Many women believe that their lives will become less exciting once they become mothers. The data shows that, once again, it depends more on their marital status.
In the GSS, respondents were asked “In general, do you find life exciting, pretty routine, or dull?” Among women ages 18-54 (when most moms have children younger than 18 at home), married women are more likely than unmarried women to report that their lives are exciting. The share is highest among married childless women and lowest among unmarried women with children. On the other hand, unmarried women, regardless of whether or not they have children, are more likely to report that their lives are dull.
The Covid-19 pandemic limited people’s social circles and traveling opportunities, and the social life of unmarried adults was more affected given that their network includes more friends. The GSS data from pre-Covid years show that unmarried, childless women reported a similar level of excitement in life as married mothers, but they were more likely to report that their lives were dull. And unmarried mothers reported the lowest level of excitement.1
Less wealth for older unmarried moms and childless women
Recent research suggests that single, childless women have more family wealth than single mothers or single, childless men. Bloomberg and other media even suggested that foregoing marriage and parenthood will pay off. However, using a national longitudinal survey data that tracks the lives of men and women born in the late 1950s and early 1960s (the youngest Baby Boomer generation), this study finds that unmarried and childless women are less wealthy than their married peers.
At ages 51 to 60, married women with children have a median family wealth of about $322,000, and married, childless women have accumulated around $435,000 in family wealth.2 In comparison, unmarried and childfree women’s family wealth is significantly smaller ($100,000). And unmarried mothers have the smallest net wealth when reaching an older age ($16,000).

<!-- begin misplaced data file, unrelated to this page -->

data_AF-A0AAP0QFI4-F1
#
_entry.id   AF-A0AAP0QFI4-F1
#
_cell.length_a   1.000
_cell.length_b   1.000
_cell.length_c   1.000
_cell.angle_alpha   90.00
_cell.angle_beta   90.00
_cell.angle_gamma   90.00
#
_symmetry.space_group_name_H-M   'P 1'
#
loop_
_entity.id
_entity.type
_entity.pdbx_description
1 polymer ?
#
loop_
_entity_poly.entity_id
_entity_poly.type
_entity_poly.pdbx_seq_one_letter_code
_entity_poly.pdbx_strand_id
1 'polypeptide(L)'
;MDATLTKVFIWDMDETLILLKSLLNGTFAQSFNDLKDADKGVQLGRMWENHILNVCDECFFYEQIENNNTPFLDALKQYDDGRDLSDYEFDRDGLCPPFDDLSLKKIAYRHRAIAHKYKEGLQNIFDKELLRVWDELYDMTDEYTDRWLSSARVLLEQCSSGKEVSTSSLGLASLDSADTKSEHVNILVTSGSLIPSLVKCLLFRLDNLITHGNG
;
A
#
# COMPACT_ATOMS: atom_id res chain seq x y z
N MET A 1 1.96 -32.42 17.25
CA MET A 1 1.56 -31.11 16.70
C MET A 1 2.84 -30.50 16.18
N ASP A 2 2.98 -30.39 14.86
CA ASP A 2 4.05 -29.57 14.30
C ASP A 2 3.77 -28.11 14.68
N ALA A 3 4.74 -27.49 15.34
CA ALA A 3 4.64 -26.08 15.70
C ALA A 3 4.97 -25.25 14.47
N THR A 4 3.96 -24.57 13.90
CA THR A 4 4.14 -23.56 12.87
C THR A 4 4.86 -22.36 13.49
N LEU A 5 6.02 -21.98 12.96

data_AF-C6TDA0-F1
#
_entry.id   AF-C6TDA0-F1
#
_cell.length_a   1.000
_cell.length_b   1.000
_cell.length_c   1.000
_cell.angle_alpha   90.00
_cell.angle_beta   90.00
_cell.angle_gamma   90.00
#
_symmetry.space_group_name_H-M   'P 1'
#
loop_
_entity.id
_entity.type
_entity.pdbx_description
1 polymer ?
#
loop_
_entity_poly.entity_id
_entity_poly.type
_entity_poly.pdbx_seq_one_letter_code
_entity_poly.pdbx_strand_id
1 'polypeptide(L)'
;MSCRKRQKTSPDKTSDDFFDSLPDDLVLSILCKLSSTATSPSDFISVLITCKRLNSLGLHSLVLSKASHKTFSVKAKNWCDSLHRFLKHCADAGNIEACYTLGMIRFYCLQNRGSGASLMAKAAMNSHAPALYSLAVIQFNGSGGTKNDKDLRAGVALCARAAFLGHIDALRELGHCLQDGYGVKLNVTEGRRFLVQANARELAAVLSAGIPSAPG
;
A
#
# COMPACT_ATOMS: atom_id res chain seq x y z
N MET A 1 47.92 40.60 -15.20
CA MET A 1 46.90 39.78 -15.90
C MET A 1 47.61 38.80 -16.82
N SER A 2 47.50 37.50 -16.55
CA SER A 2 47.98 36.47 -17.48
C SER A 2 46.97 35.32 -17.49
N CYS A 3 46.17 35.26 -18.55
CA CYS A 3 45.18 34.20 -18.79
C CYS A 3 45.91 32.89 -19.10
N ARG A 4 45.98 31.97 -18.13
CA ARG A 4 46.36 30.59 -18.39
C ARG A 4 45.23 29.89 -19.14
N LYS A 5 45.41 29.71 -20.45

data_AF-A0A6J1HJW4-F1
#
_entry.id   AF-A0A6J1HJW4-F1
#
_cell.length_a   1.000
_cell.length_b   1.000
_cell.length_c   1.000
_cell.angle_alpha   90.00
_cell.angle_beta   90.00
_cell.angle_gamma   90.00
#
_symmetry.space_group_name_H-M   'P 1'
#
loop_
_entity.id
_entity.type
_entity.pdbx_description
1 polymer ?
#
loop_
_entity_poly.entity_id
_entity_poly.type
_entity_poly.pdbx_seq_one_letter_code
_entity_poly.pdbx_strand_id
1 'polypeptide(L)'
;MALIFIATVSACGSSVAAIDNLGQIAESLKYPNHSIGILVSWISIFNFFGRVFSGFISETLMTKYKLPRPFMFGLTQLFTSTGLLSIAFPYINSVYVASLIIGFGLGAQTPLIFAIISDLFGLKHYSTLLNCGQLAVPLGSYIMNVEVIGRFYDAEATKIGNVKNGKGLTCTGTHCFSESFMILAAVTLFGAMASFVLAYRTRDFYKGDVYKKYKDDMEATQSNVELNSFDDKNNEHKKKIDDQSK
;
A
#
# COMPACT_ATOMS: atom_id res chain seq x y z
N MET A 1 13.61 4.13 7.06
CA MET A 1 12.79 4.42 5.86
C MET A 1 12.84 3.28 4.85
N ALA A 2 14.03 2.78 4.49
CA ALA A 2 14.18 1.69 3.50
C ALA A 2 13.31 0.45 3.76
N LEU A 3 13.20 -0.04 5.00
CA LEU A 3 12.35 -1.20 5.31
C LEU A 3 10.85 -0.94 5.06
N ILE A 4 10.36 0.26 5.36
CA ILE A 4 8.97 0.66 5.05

The same data also indicate a motherhood penalty in wealth, given that having children (for both married and unmarried women) is associated with a significant reduction in family wealth. The wealth gap is over $100,000 between married mothers and non-mothers and over $80,000 between unmarried mothers and unmarried and childless women at ages 51-60.3
In summary, this IFS research brief finds a rise of women who are childless at the end of their reproductive years. It is unclear how much of this childfree life is by choice, but one thing is clear: Marriage matters more to quality of life than parenthood.
Unmarried childless women are not happier, nor are their lives more exciting or richer, when compared to their married peers. Instead, married women are happier than unmarried women at all life stages, regardless of whether or not they have children. Married women also live more exciting lives than their unmarried peers in their prime years and accumulate much more wealth than unmarried women as they age.
This article has been republished with permission from the Institute of Family Studies blog.